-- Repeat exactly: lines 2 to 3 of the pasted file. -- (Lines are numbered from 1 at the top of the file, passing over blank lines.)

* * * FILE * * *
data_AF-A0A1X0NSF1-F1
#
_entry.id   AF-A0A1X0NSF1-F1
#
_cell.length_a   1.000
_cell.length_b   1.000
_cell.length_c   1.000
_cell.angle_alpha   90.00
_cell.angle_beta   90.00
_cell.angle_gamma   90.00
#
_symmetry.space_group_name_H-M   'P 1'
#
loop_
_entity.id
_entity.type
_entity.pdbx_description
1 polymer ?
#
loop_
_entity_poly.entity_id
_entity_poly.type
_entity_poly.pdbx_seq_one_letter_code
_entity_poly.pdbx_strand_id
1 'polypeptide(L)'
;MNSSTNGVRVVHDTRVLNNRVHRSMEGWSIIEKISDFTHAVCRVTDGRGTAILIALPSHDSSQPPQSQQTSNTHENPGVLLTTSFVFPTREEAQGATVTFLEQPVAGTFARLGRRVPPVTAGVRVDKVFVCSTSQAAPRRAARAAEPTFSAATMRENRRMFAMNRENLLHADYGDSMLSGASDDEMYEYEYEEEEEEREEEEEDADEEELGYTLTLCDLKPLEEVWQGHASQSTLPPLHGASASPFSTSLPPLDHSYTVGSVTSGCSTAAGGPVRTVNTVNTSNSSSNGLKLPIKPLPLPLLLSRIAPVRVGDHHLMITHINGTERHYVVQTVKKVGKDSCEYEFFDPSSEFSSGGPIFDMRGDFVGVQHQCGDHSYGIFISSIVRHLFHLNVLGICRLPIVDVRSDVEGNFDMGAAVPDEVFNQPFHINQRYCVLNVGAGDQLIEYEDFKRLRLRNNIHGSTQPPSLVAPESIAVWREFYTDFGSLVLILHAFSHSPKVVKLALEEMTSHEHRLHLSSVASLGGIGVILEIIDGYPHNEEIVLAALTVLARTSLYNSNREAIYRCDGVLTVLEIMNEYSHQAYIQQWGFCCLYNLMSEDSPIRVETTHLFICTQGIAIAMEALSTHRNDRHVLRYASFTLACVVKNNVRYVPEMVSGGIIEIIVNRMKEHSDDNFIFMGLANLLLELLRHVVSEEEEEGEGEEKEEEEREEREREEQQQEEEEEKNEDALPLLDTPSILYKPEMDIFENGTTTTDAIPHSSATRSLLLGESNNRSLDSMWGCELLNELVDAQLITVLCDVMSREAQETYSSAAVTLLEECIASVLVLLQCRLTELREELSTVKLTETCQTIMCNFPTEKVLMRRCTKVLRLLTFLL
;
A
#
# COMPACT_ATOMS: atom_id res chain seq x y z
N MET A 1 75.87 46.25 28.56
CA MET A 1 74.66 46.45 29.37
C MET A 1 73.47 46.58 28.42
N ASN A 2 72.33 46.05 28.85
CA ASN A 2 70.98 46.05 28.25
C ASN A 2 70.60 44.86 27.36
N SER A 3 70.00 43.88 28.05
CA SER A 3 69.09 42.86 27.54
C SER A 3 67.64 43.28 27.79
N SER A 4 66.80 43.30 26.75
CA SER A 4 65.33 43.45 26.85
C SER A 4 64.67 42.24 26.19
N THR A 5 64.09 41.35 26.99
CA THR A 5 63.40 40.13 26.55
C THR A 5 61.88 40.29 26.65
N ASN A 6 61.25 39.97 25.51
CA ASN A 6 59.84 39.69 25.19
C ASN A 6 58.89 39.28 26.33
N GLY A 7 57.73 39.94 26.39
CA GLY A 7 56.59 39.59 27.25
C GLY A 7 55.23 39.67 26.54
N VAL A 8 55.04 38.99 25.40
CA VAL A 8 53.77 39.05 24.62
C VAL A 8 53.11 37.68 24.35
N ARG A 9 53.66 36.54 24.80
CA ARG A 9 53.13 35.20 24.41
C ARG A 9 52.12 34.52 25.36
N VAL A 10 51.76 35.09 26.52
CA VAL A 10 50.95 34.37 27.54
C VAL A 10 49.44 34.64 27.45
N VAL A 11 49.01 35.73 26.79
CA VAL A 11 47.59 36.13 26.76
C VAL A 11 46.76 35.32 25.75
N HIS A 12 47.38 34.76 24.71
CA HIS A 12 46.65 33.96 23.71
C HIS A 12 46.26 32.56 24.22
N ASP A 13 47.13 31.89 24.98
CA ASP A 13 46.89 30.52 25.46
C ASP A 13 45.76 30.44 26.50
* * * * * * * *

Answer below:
#
_entry.id   AF-A0A1X0NSF1-F1